Monday, April 09, 2007

To Kill a Yafflebird

The other day my little girl put on a pair of overalls and looked just like Scout in Harper Lee's To Kill a Mockingbird (only prettier).

About an hour ago, I finished my final draft of Chapter 11 which is set in a rain-soaked, fog-filled swamp, about as far away from Maycomb, Alabama as one can get. However, I wanted to capture something of the feeling I had when I read the first few chapter of Lee's beautiful novel. There are a few flashbacks in Chapter 11, all concentrated upon the character of Sir Edgar Worseley. The extract below is from a flashback that reads like a mixture of the antics of Jem, Scout and Dill and the sort of thing I'd do with a friend when my parents weren't looking.

Dominic, the younger of the two boys, snuggled down in the orange pile of leaves and shot his brother an impish grin. Edgar grinned back then snatched up handfuls of surrounding leaves and covered his younger brother's head until was completely obscured. Content with Dominic's autumnal disguise, Edgar then ran off down the footpath to a tall, decrepit house surrounded by weeds and dead flowers. The occupant of the house, an ornery, retired public official who was only known by the moniker Taxman Tomkins, was seated in a rocking chair ready to hurl abuse at anyone unfortunate enough to come within earshot. Taxman was renowned for his cantankerous disposition and spent most of his day scowling at passers-by, insulting any who had the misfortune to look his way.

The old man's jaw dropped when he saw young Edgar Worseley kick open his gate and come running down his garden path hollering at him to get up and follow. Ignoring all Taxman's protestations, Edgar spun a tremendous story explaining how the mayor had summoned the old man to his chambers, requiring fiduciary advice regarding a complicated taxation issue. Grumbling as he went, Taxman hobbled down the broken footpath, trying to keep up with Edgar who stopped from time to time to hurry up the old man.

Upon reaching an unusually large pile of leaves outside the Worseley house, Taxman Tomkins stopped to regain his breath. It was at that moment, the mound of leaves exploded and Dominic Worseley leapt out of his foliaceous crypt with a groan that would chill the bravest heart. He then danced around the old man like some crazed beast before running off down the street to join his brother who was rolling on the ground, his entire body wracked with maniacal laughter.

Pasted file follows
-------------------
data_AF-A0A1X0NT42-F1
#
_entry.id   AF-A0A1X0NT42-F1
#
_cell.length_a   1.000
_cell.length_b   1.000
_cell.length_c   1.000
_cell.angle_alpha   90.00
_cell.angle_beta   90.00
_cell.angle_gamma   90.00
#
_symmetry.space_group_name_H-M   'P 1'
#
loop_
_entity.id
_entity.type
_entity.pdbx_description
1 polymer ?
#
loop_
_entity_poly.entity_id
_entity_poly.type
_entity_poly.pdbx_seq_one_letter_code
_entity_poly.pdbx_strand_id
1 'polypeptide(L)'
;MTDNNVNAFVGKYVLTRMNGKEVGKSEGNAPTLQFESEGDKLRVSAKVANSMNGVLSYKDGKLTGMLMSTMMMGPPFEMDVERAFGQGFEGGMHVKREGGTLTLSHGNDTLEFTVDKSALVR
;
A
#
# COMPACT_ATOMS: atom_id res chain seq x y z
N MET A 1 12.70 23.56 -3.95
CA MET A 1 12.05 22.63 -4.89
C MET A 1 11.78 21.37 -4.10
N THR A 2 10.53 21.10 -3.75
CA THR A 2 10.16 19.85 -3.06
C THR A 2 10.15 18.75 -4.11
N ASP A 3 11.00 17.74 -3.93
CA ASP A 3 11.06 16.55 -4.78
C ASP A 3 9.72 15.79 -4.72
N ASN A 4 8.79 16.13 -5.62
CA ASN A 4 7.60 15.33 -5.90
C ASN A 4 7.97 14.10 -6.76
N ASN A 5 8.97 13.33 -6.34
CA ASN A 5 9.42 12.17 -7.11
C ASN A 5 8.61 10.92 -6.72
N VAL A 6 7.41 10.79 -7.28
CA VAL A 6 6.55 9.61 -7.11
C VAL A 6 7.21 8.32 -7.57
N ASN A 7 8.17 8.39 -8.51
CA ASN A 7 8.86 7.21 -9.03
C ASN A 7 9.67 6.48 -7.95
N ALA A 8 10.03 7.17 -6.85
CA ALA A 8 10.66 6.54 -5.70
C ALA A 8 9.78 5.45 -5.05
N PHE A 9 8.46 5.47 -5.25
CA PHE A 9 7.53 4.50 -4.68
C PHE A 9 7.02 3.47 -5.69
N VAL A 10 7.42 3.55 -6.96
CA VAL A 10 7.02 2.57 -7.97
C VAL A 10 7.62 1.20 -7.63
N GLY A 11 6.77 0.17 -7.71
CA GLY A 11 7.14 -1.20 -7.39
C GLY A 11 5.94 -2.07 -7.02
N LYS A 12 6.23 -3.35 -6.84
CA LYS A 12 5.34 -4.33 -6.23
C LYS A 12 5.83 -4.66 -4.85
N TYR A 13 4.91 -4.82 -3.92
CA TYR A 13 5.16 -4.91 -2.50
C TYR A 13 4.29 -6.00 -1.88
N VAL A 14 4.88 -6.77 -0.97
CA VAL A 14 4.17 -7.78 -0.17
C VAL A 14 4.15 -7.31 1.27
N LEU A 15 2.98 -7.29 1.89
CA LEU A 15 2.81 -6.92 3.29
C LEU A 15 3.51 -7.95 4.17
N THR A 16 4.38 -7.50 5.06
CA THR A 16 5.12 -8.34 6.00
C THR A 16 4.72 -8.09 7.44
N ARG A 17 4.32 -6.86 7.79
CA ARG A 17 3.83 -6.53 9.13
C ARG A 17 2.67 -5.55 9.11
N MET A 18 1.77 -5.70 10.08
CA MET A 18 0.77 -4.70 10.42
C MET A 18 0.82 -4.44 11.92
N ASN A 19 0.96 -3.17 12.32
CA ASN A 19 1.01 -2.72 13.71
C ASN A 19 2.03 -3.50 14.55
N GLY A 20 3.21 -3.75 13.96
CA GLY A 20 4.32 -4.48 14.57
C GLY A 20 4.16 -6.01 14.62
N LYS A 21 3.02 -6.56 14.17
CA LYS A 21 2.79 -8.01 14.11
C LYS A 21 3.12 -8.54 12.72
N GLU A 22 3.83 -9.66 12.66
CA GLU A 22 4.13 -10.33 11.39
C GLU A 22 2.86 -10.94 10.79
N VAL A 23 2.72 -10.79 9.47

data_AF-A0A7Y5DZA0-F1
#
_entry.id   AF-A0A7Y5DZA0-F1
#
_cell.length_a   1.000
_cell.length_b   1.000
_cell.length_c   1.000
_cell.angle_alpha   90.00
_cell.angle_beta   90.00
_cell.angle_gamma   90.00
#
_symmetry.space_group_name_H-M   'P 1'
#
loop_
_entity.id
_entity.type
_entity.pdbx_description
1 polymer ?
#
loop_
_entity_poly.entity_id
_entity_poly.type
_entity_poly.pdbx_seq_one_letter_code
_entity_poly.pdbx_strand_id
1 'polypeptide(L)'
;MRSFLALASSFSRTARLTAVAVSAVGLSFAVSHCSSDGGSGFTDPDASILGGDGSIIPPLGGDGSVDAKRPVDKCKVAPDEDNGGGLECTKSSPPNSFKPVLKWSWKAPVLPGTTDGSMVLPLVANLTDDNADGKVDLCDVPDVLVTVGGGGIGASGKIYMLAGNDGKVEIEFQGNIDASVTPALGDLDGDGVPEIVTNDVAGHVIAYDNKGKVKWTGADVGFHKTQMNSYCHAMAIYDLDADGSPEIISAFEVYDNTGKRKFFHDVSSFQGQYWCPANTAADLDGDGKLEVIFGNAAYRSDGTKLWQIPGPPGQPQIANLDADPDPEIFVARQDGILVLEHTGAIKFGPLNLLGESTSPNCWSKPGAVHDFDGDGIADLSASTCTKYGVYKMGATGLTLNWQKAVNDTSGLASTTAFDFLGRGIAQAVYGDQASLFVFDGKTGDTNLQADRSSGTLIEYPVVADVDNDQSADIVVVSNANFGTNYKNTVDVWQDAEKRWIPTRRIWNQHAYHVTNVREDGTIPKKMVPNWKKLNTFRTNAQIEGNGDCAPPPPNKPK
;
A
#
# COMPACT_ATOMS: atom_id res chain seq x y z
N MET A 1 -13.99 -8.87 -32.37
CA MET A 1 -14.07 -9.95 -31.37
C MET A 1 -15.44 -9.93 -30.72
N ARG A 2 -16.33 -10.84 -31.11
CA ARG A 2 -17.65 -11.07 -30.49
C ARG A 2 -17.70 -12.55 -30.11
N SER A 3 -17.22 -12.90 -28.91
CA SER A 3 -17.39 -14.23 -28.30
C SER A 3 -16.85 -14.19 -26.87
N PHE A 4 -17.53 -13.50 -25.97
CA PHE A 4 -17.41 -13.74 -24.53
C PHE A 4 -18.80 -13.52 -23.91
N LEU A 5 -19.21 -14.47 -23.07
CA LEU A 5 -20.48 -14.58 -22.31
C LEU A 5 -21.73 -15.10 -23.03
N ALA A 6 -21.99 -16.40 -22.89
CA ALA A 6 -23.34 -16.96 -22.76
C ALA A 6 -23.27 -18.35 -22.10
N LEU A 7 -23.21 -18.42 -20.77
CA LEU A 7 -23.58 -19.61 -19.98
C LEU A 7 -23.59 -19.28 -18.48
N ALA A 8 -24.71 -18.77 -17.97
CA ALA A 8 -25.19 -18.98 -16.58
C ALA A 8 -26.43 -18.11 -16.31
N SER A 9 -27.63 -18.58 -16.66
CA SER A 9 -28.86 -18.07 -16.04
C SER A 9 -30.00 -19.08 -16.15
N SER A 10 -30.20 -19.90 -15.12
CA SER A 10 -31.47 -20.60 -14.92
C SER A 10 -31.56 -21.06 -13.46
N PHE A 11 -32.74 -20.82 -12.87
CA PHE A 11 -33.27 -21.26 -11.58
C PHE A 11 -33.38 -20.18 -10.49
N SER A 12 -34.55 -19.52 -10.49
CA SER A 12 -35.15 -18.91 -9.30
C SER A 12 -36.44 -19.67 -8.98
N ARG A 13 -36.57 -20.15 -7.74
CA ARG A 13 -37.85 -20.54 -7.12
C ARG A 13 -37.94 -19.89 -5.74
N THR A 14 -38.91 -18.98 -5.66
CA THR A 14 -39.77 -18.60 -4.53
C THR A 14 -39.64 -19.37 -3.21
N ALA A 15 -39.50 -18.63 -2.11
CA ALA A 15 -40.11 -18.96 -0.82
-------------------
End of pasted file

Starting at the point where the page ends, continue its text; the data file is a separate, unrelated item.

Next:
Now I've finished the chapter, I have to say, it's my favourite thus far. I think it is certainly the most well-written chapter. It has a wonderfully tragic aspect that I don't want to spoil here. The character of Edgar is comic, noble and tragic all in one. This chapter also has a few really good twists and it manages to wrap up a lot of the exposition about Caliban without slowing down the story.

I like a lot of the things I invented for this chapter such as the yaffle birds, the bogcrabs and Mag Mel's memory-inducing odours. The smells of the swamp being a stimulant for memories worked really well, especially when Edgar experiences a memory he had long-forgotten but proved to be extremely significant in the context of the story.

"When nothing else subsists from the past, after the people are dead, after the things are broken and scattered· the smell and taste of things remain poised a long time, like souls· bearing resiliently, on tiny and almost impalpable drops of their essence, the immense edifice of memory"

-Marcel Proust The Remembrance of Things Past

I am really enjoying using flashbacks as a means to illuminate aspects of plot and character. This is something that has been a part of the book since the start, but I think I am getting a lot better at using them. Although I lost interest in the TV show Lost (no pun intended) when I heard the writers believed they had at least seven seasons' worth of shows (I'm not that patient - I can't wait seven years for answers) I did like the way flashbacks in that show sometimes threw certain scenes into a completely different context, and sometimes made you feel differently about a character.

When I think about it, the book does have quite a few similarities with Lost - the ensemble cast, the multi-layered narrative, the themes of loyalty, revenge, sins of the past etc. I can also see comparisons could be drawn between Caliban's End and Heroes for similar reasons. I wouldn't mind being compared to Heroes when it comes down to it. I think the mapping of the plot in that show is brilliant and I love the way the seemingly disparate threads are slowly being pulled together.

Speaking of Heroes, last week the true name of Sylus was revealed - Gabriel Grey. The name Sylus came from the watch he was wearing when he killed his first victim. The surname Grey is applicable on a symbolic level and perhaps the name Gabriel (meaning 'Man of God') is also significant. Without giving too much away, I also use names in a similar fasion. The character of Tripp is a playful homage to Odysseus from Homer's epic, the surname Grayson is significant especially considering the ambiguity of the Morgai inheritance (grey + son) and Caliban is named after the deformed monster of Shakespeare's The Tempest.'re an old hand at deception.
And you lied to me so much,
about the world, about myself,
that you ended up imposing on me
an image of myself:
underdeveloped, in your words, undercompetent
that's how you made me see myself!
And I hate that image...and it's false!
-Act 3, Scene 5

"Une Tempete" by poet Aimé Césaire.

I even use the name Gabriel but saying any more would be a major spoiler!

Anyway, Chapter 11 is done and I'm only four chapters away from concluding the first book. The last chapter in the first book is fittingly set in a city called Terminus. I hope to be posting a blog on finishing that chapter by the end of autumn. Time will tell.